Science in Society Archive

GM Cotton in India Exposes Rot in Science

The scientific echelons of India have been bulldozed by 'unscientific claims' to thrust an untested and unproven technology onto gullible farmers. Devinder Sharma, food and trade policy analyst, ran an internet campaign which succeeded in delaying the commercial growing of GM cotton in India. She is calling for serious instrospection in the scientific community, with regard to their role in possible cover-up on behalf of private companies, before the nation loses faith in scientific claims.Like the politicians, who have lost touch with the masses, agricultural scientists too have lost touch with the farmers. The line between science and industry is increasingly blurred, with the scientific institutions becoming the mouthpiece for industry.

After three years of 'satisfactory' field trails and experimentation, we were told, the Department of Biotechnology (DBT) was ready to seek approval to commercialise the first GM crop in the country. The stakes were very high, as commercial release was being sought by Maharashtra Hybrid Seeds Company Ltd (Mahyco), the Indian subsidiary of the multinational giant Monsanto. A green signal was given by the Genetic Engineering Approval Committee (GEAC) of the Ministry of Environment and Forests to the controversial Bt cotton, which has a gene inserted from a bacterium Bacillus thuriengiensis (Bt) to act as a 'natural' insecticide.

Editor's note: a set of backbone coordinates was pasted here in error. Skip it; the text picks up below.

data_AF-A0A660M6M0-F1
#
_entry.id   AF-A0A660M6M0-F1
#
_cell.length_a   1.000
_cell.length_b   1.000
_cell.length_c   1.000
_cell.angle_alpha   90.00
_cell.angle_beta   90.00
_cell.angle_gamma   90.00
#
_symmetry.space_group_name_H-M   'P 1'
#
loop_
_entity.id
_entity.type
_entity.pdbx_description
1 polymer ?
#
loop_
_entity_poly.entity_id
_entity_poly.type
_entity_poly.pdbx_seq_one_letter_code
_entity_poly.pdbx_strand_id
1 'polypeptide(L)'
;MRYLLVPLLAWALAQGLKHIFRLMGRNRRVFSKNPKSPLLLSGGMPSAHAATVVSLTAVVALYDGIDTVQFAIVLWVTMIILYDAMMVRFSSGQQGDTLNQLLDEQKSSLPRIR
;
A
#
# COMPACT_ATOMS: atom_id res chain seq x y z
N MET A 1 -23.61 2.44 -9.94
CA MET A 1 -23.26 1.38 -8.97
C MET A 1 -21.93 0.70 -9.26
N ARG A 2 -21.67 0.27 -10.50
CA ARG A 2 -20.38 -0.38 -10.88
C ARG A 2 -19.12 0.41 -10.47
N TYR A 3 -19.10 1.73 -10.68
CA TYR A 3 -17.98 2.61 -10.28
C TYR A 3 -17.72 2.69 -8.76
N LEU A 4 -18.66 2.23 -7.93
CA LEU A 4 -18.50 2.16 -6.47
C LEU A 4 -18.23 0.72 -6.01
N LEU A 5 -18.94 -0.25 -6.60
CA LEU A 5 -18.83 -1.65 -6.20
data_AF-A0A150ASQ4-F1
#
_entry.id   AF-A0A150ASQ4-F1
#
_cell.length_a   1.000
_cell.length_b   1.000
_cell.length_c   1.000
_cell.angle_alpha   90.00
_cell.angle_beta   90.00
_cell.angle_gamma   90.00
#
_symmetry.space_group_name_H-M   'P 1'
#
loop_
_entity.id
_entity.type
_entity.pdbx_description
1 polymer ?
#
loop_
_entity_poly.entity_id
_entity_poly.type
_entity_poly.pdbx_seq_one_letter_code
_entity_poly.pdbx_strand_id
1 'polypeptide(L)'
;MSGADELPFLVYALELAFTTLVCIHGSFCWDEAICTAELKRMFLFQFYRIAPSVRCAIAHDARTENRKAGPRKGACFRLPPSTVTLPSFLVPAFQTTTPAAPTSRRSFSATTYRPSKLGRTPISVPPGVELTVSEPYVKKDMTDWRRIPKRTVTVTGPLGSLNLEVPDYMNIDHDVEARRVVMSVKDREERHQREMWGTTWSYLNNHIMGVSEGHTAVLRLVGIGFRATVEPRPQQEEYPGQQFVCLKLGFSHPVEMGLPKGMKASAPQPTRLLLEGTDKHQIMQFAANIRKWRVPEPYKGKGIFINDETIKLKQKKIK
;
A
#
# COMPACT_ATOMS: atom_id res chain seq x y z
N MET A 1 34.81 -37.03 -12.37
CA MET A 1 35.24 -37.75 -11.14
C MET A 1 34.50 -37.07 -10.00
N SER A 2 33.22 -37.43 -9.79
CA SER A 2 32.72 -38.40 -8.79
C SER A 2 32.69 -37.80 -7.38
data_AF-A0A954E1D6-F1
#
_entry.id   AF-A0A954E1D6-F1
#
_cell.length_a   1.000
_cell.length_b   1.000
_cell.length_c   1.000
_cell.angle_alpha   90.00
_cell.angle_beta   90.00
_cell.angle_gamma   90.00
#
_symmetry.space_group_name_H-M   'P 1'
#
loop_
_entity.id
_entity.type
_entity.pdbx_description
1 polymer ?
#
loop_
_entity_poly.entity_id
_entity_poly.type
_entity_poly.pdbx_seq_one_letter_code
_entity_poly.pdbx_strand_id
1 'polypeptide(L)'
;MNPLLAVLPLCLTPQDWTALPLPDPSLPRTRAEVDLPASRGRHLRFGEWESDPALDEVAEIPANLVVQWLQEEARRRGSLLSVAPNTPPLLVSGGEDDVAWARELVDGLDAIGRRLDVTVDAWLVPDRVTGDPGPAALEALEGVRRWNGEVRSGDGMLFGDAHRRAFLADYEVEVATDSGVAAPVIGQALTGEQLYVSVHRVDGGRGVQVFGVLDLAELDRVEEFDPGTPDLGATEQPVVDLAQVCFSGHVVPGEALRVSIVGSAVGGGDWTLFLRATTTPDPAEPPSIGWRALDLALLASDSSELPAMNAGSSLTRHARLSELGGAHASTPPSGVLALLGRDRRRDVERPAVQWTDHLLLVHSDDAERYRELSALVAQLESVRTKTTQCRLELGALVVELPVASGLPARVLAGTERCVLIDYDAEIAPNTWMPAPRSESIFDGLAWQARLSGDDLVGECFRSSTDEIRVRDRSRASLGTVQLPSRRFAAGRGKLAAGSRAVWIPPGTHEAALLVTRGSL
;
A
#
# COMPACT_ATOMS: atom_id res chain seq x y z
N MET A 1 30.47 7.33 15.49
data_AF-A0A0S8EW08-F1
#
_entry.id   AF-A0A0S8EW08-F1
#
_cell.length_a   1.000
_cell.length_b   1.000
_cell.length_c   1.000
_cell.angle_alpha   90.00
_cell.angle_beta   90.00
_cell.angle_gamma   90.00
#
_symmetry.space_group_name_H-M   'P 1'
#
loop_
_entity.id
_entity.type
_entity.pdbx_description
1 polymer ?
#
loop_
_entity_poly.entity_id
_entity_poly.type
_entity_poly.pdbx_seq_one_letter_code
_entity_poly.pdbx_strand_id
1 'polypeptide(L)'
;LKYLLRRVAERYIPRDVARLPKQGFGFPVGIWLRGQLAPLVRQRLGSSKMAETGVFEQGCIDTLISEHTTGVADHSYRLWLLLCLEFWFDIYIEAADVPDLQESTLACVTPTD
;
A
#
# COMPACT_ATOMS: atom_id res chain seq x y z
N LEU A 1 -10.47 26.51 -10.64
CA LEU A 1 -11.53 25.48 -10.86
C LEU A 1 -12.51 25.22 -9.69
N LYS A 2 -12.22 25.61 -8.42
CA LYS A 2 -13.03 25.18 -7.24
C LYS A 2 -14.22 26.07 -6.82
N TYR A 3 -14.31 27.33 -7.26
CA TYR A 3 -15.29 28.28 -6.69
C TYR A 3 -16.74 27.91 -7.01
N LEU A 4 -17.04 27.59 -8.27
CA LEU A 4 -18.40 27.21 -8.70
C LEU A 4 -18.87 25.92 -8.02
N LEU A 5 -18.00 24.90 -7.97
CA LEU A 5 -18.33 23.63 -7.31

Intensive cultivation practices and indiscriminate use of conventional as well as fourth generation pesticides such as synthetic pyrethroids have created resistance among some of the key pests, including the American bollworm. Dependence on chemicals has been so heavy that farmers often resort to a cocktail of several pesticides, and it is not uncommon to spray more than 30 times per season. And as the crop fails because of weather conditions and/or pest resistance, an increasing number of farmers have been known to consume the same chemicals to end their lives and escape the humiliation of mounting debts. More than 2000 cotton farmers in Andhra Pradesh, Karnataka, Maharashtra and Punjab have committed suicide in recent years.

For the scientists, the easy way out is to take another equally harmful route: incorporating a toxin within the plant so that when the American bollworms feed on the crop, they are killed. It sounds perfectly logical, but what does it actually mean for the environment and the farmers?

About 162 species of insects are known to devour cotton at various stages of growth, of which 15 are considered key pests. The most dreaded is the American bollworm. Over the past few decades, the pesticides industry, aided and abetted by the agricultural scientific community, has made us believe that spraying ever more potent chemicals is the only answer. The result is that the insect pests have developed resistance to all kinds of chemical and pesticide cocktails.